Closed, because he feared how other Bloods would react. Ramkissoon says he had many a bruise and black eye to show for defending his modeling, which some of his gang peers saw as an unmanly distraction.
In spite of the internal conflicts, the only other serious trouble Ramkissoon says he has been in occurred last year, when he claims he inadvertently struck a police officer who had responded to a call to his parents’ home to break up a heated argument between one of his sisters and the boyfriend of another.
Ramkissoon again entered into a plea agreement, this time on one count of battery on a police officer, he says. In exchange for the plea, his felony charge was reduced to a misdemeanor and he was given probation, which is set to end in July.
As for his other activities, “it’s probably not smart for me to go into detail on things I never got in trouble for,’’ Ramkissoon says, reiterating his earlier disclaimer that “some people I’m associated with might have done stuff considered criminal. Drug dealing? It happens, but no loyalty could force me to do that. Fights, beat downs? They happen.’’
Ramkissoon insists he’s not being vague to be cute. Getting too specific about Bloods activities, he says, could put his life in jeopardy.
A new direction
In the summer of 2008, just months before Ramkissoon started his freshman year at Cambridge Rindge & Latin School, he found himself dissatisfied with his modeling and musical performances and began nursing another dream.
A teacher of his, and friends, had told him about Youth Underground, which was launched in 2006 under the auspices of the Underground Railway Theater company. And a chance meeting with Dr. Elaine Koury, a veteran actor and director of visual and performing arts at Rindge & Latin, had deepened his interest in theater.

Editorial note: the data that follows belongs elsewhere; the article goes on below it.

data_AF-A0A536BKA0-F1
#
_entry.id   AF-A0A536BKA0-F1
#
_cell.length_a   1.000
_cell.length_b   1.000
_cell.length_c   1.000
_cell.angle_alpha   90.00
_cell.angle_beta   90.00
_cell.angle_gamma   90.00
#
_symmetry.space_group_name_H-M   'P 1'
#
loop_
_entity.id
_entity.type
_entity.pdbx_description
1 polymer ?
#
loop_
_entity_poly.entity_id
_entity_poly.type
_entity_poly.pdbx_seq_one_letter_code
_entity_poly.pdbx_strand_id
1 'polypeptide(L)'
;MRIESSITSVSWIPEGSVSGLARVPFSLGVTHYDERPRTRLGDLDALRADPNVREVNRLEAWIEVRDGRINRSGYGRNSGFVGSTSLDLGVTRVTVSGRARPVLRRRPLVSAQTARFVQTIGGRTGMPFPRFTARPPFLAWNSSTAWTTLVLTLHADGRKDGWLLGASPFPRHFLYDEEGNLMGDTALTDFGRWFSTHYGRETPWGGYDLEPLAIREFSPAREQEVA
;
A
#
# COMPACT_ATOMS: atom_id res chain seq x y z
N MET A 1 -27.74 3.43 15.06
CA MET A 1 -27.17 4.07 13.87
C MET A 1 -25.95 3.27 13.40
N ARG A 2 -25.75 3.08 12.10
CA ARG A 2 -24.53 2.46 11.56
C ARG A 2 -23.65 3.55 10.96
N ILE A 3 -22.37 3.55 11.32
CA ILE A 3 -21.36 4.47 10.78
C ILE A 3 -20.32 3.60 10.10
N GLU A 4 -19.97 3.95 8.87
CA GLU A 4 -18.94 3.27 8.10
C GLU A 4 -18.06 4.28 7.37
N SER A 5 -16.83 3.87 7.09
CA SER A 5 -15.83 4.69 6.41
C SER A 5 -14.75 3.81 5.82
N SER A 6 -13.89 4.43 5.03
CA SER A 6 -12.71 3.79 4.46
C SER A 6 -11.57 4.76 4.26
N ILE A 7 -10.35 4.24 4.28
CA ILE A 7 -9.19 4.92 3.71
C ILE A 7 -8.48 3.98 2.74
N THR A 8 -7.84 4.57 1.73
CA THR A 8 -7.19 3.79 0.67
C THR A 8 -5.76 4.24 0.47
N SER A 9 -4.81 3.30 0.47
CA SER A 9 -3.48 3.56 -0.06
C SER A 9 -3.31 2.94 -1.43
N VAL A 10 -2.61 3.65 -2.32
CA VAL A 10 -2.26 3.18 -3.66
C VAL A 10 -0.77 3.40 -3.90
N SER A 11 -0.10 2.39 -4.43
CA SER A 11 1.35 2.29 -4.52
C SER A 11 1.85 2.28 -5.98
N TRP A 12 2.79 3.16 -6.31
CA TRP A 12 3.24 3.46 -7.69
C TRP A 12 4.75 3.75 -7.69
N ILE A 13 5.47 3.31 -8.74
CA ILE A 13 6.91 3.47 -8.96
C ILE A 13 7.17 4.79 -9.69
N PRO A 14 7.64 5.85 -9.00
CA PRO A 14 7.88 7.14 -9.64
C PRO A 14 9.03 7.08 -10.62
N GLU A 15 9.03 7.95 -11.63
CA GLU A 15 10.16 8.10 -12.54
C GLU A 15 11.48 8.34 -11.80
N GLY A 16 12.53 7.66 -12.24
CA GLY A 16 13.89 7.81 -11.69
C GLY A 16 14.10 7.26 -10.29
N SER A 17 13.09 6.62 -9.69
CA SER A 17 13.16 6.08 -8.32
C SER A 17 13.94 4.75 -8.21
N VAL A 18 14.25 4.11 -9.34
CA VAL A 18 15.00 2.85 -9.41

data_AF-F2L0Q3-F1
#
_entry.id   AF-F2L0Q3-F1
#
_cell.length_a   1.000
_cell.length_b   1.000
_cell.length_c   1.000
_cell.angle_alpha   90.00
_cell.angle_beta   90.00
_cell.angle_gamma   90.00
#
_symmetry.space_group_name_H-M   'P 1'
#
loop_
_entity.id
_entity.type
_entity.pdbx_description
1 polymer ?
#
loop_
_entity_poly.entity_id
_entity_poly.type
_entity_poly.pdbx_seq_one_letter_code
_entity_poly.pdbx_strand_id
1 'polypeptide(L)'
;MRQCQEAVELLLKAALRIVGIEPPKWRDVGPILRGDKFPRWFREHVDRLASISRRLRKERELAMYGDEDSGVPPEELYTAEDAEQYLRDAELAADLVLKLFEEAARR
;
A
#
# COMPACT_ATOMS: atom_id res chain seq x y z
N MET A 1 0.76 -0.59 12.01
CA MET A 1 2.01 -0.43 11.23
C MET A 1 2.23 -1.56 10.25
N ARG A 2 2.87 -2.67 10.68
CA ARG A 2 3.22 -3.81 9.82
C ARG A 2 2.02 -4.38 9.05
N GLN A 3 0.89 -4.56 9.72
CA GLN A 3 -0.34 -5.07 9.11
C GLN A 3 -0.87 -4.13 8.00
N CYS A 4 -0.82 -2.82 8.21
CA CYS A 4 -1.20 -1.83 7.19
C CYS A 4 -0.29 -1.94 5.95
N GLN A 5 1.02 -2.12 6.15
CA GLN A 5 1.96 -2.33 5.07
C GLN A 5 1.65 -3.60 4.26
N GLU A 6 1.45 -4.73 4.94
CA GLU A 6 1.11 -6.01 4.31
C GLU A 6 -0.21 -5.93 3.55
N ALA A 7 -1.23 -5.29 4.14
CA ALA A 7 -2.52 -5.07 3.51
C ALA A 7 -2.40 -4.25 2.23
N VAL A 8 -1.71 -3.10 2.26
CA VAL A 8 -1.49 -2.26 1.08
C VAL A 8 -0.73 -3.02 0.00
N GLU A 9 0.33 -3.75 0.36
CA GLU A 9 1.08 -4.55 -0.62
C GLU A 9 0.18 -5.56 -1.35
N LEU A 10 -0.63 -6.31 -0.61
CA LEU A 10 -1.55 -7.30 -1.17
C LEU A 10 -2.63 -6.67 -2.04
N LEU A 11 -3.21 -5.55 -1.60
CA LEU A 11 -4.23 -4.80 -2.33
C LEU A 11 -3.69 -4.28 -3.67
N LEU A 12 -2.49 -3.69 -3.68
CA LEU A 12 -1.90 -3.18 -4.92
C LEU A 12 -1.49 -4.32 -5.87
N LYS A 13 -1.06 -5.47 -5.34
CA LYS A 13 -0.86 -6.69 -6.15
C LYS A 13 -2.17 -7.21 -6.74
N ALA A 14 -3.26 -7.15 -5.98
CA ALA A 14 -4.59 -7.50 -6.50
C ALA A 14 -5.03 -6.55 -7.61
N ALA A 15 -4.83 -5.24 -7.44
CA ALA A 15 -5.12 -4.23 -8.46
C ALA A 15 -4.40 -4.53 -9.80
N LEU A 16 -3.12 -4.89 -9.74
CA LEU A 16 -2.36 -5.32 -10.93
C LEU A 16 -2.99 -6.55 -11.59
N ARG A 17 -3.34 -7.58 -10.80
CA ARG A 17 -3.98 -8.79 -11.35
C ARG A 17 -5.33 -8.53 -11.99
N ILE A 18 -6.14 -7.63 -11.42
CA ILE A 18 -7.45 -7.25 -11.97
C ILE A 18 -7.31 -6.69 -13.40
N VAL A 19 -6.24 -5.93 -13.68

“I remember the first time I saw Trinidad,’’ said Koury, a popular educator with a reputation for not taking guff from kids. “He and some other young men were standing in the hallway outside my office talking, and they were loud. And they should have been somewhere, not loitering. So I confronted them.’’
Ramkissoon is bashful when asked to recount this moment. He made the mistake, he says, of mouthing off to Koury and refusing to give her his name.
“I found out who he was, and our assistant principal brought Trinidad to my classroom,’’ she says. “And he was quite contrite and apologetic. I let him know that I would not accept disrespect, because I had not disrespected him. And that’s where our relationship started. He wasn’t used to being put in check.’’
After getting to know Ramkissoon, Koury says she observed that “he commanded a following; he was like the pied piper. He had a flair for the dramatic. And he wasn’t shy or self-conscious.’’
Eventually Koury cast Ramkissoon as a lead in “Hi Gear,’’ a play she had written; the plot coincidentally involved a young gang leader trying to find his way out of that life.
“He was a natural, brilliant,’’ she says of his performance.
Before “Hi Gear,’’ though, Ramkissoon applied to Youth Underground, where he met Vincent Ernest Siders, the other adult he says has changed his life for the better. Siders, also big on Boston’s theater scene, is Youth Underground’s lead teaching artist.
In his first audition for the group, Ramkissoon recalls Siders getting in his face and telling him he would never be a good actor if he couldn’t let down his guard and loosen his emotions. To do that, Siders said, he would need to let down his guard, to let his secretive self “die.’’
“It sort of freaked me out at first, ’cause the life I was living? I didn’t even want to think about dying, not even on stage,’’ Ramkissoon said. “But it opened something up in me. And even more it connected me with Vincent, who took on a father role with me and started saying what I needed to hear - even when the words have been tough and I haven’t liked what he was saying.’’
Siders agrees that Ramkissoon’s first audition was necessarily intense.
“Trinidad is a complicated kid,’’ Siders said. “He has been in the streets for years. And even back then he was craving a creative outlet.’’
The pair’s relationship grew, with Siders serving the role of strict mentor and Ramkissoon increasingly staying late after Youth Underground rehearsals, begging Siders for more instruction.
Siders, who introduced Ramkissoon to some of his own mentors and peers in Boston’s theater community, says he quickly figured out that Ramkissoon was staying late for that extra coaching and working part-time jobs, in part to avoid being tempted or required to “ride’’ with his gang.
He has helped Ramkissoon land other auditions, including for the play “Into the Woods,’’ which kicked off a short run April 27 at Hibernian Hall in Roxbury, and “The Last Shot,’’ a feature film shot in Boston last year, in which Ramkissoon has a brief role as - what else? - a teenager.